Washington -- As the world becomes more peaceful, America becomes more dangerous. The new HBO movie "And the Band Played On" reminds us that virtually every sector of society fiddled while AIDS blazed out of control: from a Legionnaire's Disease-type viral outbreak in 1981 into the killer of 194,000 Americans. AIDS drenches American culture, leaving its indelible melancholy stain and changing behavior patterns forever.
Tragically, the increasing realism of gays about AIDS is being matched by continuing obfuscation from the public-health establishment on another, potentially greater threat to the commonweal: teen promiscuity and pregnancy.
Larry Kramer, the writer and AIDS activist, and Joycelyn Elders, the new surgeon general, are leaders in the fights against, respectively, AIDS and teen-age pregnancy. That's where the similarity ends. Mr. Kramer and Ms. Elders have adopted very different strategies. Mr. Kramer has witnessed the HIV holocaust and offers a message of remorse and reform. Ms. Elders, charged with saving a generation of inner-city kids, seems to think that for them the band can indeed keep playing on.
Mr. Kramer shrewdly chose Playboy to deliver his epitaph to the hedonism the magazine celebrates. In an interview in the September issue, Mr. Kramer said: "I don't know if sex will ever again be as it was in the '60s and '70s -- even if AIDS is cured."
Hugh Hefner seemed a radical three decades ago when he launched his crusade for "The Playboy Philosophy" of sexual liberation. American culture surpassed him. Everyone from the Village People to Madonna pushed the edge of the social, and then the epidemiological, envelope. Mr. Kramer is no prude. Like the Ancient Mariner, he has a story to tell: "The body should be able to do what it wants and enjoy what it wants to enjoy. But it would appear that Mother Nature doesn't allow that."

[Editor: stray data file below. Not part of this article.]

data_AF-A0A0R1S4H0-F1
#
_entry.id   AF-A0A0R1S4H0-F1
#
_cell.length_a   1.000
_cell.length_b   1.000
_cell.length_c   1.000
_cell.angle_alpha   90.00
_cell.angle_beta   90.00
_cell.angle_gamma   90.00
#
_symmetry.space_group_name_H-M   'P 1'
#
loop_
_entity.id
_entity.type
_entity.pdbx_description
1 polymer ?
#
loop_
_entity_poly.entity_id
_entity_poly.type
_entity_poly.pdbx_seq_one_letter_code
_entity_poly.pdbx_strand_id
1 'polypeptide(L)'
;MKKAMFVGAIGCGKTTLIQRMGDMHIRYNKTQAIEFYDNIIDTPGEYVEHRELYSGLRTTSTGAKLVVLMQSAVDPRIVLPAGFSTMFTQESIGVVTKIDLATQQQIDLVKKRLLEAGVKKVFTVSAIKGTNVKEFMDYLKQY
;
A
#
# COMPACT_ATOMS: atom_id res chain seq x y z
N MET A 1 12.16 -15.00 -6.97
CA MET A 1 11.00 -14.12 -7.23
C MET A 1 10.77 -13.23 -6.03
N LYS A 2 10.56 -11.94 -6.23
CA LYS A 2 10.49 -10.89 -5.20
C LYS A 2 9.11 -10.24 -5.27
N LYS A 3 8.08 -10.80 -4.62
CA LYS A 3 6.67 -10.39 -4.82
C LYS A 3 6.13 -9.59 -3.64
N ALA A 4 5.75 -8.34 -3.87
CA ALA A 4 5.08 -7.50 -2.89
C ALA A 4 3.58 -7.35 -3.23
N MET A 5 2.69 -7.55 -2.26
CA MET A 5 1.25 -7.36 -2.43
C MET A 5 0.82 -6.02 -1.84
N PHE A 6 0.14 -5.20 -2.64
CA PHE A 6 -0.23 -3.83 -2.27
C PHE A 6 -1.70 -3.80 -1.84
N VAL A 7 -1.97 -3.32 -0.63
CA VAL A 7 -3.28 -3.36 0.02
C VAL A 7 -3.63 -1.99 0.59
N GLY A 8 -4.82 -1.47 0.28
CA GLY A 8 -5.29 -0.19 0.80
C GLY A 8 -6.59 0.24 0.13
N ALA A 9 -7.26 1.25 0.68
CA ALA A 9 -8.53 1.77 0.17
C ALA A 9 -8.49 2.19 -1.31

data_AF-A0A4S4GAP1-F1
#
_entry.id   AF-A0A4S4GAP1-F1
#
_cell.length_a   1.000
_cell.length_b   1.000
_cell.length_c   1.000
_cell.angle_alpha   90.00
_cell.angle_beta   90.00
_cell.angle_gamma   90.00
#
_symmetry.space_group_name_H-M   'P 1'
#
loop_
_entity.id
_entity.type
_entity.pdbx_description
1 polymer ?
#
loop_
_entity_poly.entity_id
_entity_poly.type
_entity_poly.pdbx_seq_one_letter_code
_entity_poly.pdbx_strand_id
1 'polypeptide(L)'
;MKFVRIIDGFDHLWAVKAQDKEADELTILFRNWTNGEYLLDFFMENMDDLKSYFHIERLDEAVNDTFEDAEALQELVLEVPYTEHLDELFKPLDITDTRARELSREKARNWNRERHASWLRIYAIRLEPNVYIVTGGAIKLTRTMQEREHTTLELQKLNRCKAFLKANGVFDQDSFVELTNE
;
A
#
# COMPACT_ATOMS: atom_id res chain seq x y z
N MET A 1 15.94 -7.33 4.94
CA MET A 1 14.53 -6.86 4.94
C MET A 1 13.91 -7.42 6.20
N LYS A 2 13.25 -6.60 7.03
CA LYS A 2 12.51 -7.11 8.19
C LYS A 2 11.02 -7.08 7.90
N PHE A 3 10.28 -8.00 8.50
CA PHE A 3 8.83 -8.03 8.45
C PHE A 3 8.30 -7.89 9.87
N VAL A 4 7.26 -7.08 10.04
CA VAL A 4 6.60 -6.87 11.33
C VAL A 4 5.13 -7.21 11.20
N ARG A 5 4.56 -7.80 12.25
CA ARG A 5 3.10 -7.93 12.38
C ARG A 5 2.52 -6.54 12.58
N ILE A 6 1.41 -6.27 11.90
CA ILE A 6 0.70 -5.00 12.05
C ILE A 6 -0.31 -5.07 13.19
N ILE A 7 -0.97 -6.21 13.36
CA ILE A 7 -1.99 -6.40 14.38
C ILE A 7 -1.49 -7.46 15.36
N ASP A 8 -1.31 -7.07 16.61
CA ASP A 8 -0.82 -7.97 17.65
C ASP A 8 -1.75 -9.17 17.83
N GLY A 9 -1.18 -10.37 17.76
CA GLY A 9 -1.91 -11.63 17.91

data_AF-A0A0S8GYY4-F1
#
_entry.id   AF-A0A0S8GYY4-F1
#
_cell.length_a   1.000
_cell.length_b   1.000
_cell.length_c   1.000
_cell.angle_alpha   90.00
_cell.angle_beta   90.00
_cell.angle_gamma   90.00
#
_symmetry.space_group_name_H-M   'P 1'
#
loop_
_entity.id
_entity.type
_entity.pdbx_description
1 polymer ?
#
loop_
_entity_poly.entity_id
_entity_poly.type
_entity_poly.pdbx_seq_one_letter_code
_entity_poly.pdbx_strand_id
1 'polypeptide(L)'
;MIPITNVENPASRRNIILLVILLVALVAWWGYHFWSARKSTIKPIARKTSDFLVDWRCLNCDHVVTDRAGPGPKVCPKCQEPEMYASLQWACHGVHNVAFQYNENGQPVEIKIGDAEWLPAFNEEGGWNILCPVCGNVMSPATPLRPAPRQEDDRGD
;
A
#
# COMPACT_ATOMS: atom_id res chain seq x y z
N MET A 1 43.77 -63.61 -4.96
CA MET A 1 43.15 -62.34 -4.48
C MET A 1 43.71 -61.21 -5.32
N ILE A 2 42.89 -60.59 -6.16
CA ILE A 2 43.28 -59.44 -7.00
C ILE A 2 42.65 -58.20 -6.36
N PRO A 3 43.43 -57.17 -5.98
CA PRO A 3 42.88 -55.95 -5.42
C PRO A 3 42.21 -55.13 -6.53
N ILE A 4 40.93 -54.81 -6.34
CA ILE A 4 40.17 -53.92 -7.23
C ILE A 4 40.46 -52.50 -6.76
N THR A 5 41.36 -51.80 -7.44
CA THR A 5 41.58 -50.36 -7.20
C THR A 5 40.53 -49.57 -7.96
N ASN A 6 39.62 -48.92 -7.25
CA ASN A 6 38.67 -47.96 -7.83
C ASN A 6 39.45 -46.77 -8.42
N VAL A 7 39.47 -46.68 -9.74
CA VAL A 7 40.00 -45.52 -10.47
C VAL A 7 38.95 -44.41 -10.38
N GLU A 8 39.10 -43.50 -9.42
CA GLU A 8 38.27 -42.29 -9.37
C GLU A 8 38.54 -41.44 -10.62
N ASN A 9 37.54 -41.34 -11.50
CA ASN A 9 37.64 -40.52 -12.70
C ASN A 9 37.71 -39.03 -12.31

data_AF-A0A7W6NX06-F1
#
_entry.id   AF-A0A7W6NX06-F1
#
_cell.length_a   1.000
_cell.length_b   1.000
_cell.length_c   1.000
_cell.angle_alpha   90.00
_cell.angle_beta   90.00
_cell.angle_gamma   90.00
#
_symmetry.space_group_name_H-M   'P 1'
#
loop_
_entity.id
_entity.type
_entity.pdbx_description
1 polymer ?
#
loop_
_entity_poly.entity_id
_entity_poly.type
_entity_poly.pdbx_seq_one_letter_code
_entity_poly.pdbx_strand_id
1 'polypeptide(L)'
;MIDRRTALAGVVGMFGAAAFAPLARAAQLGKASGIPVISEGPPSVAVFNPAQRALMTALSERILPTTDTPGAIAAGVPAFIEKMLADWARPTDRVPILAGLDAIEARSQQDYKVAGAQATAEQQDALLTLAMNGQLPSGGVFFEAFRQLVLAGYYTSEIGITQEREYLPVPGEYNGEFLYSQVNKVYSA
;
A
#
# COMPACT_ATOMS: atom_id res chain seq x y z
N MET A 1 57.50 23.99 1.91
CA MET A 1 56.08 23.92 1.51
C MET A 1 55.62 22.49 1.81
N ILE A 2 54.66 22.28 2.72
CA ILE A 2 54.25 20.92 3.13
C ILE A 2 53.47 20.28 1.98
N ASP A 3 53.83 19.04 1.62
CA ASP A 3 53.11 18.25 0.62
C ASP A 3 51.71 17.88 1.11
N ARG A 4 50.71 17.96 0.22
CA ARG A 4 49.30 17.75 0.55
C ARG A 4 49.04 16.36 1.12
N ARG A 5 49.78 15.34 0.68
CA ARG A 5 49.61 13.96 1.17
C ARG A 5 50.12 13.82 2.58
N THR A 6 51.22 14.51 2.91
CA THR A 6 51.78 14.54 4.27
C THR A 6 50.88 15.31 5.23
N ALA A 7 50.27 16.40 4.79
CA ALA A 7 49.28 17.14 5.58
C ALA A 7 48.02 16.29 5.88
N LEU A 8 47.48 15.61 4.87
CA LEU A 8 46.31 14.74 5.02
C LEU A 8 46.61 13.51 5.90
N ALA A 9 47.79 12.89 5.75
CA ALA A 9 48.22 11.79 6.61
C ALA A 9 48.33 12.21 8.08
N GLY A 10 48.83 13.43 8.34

A few years ago, Jeremiah Denton, R-Ala., was laughed out of the U.S. Senate for promoting "chastity centers." Mr. Kramer, making the same point, has credibility with his community. He is a radical who has been radicalized further, coming full circle -- back to monogamy and abstinence.
Joycelyn Elders is just a radical. As the first black female surgeon general, she would be uniquely qualified to preach a Malcolm X-like message of respect and restraint. Ms. Elders and her liberal allies say this is foolish because there's no stopping the adolescent sex drive. So, instead, she says things like "We've taught our children in driver's education what to do in the front seat, and now we've got to teach them what to do in the back seat." That's the sort of flimsy rationalization that gays used to justify the promiscuous, lethal bathhouse culture.
The bottom line for Ms. Elders and the multibillion-dollar sexual-industrial complex is: They don't want to do anything that would seem to undermine the sexual revolution. There's just one problem: Thousands of children are dying and millions more are being born into lives of dependency and hopelessness. Precautions mean little to teen-agers: Only a profound change in values will keep the next generation from getting sick, pregnant or both.
On other issues, the left knows better. Guns are also part of the inner-city scene. But nobody except maybe the NRA says that we must be realistic and accept "the gun lifestyle." We don't say that gunplay is inevitable, so let's issue everyone a safety manual and a bulletproof vest. Yet condoms are to sex what body armor is to guns: a placebo that doesn't protect over the long run.
With lives at stake, public figures must take an honest stand, even if that means bucking permissive trends. It's called leadership. Mr. Kramer's words ring true beyond the realm of AIDS. In the face of social calamity, silence always equals death.
James P. Pinkerton is the John Locke Foundation fellow in the Manhattan Institute's Washington office. He wrote this commentary for Newsday.